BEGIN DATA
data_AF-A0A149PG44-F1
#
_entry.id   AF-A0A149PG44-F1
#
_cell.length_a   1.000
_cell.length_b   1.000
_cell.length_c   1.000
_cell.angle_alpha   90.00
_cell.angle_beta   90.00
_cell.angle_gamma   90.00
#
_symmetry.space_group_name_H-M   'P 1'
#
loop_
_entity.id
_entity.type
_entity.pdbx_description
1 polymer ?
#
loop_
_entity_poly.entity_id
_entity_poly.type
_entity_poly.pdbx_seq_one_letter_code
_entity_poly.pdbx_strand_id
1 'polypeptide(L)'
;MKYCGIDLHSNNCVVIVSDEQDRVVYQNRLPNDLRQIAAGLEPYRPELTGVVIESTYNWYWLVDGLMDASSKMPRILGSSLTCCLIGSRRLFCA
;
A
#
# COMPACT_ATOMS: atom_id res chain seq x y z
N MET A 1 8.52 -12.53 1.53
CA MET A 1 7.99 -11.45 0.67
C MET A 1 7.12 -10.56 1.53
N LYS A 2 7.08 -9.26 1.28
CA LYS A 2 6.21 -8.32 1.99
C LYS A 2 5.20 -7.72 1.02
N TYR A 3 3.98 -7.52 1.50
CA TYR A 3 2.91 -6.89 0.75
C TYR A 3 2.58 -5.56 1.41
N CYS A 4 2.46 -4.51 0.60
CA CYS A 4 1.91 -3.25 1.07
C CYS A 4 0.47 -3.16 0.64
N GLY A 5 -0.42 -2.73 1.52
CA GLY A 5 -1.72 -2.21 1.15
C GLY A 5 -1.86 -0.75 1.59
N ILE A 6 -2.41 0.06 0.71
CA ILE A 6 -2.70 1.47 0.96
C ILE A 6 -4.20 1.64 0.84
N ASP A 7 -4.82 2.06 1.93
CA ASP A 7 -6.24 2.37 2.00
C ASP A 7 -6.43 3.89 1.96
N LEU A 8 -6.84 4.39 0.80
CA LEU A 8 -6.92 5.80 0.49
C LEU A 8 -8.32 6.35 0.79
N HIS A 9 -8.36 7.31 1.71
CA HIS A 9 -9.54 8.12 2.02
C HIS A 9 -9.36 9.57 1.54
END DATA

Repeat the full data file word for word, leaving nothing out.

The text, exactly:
data_AF-A0A149PG44-F1
#
_entry.id   AF-A0A149PG44-F1
#
_cell.length_a   1.000
_cell.length_b   1.000
_cell.length_c   1.000
_cell.angle_alpha   90.00
_cell.angle_beta   90.00
_cell.angle_gamma   90.00
#
_symmetry.space_group_name_H-M   'P 1'
#
loop_
_entity.id
_entity.type
_entity.pdbx_description
1 polymer ?
#
loop_
_entity_poly.entity_id
_entity_poly.type
_entity_poly.pdbx_seq_one_letter_code
_entity_poly.pdbx_strand_id
1 'polypeptide(L)'
;MKYCGIDLHSNNCVVIVSDEQDRVVYQNRLPNDLRQIAAGLEPYRPELTGVVIESTYNWYWLVDGLMDASSKMPRILGSSLTCCLIGSRRLFCA
;
A
#
# COMPACT_ATOMS: atom_id res chain seq x y z
N MET A 1 8.52 -12.53 1.53
CA MET A 1 7.99 -11.45 0.67
C MET A 1 7.12 -10.56 1.53
N LYS A 2 7.08 -9.26 1.28
CA LYS A 2 6.21 -8.32 1.99
C LYS A 2 5.20 -7.72 1.02
N TYR A 3 3.98 -7.52 1.50
CA TYR A 3 2.91 -6.89 0.75
C TYR A 3 2.58 -5.56 1.41
N CYS A 4 2.46 -4.51 0.60
CA CYS A 4 1.91 -3.25 1.07
C CYS A 4 0.47 -3.16 0.64
N GLY A 5 -0.42 -2.73 1.52
CA GLY A 5 -1.72 -2.21 1.15
C GLY A 5 -1.86 -0.75 1.59
N ILE A 6 -2.41 0.06 0.71
CA ILE A 6 -2.70 1.47 0.96
C ILE A 6 -4.20 1.64 0.84
N ASP A 7 -4.82 2.06 1.93
CA ASP A 7 -6.24 2.37 2.00
C ASP A 7 -6.43 3.89 1.96
N LEU A 8 -6.84 4.39 0.80
CA LEU A 8 -6.92 5.80 0.49
C LEU A 8 -8.32 6.35 0.79
N HIS A 9 -8.36 7.31 1.71
CA HIS A 9 -9.54 8.12 2.02
C HIS A 9 -9.36 9.57 1.54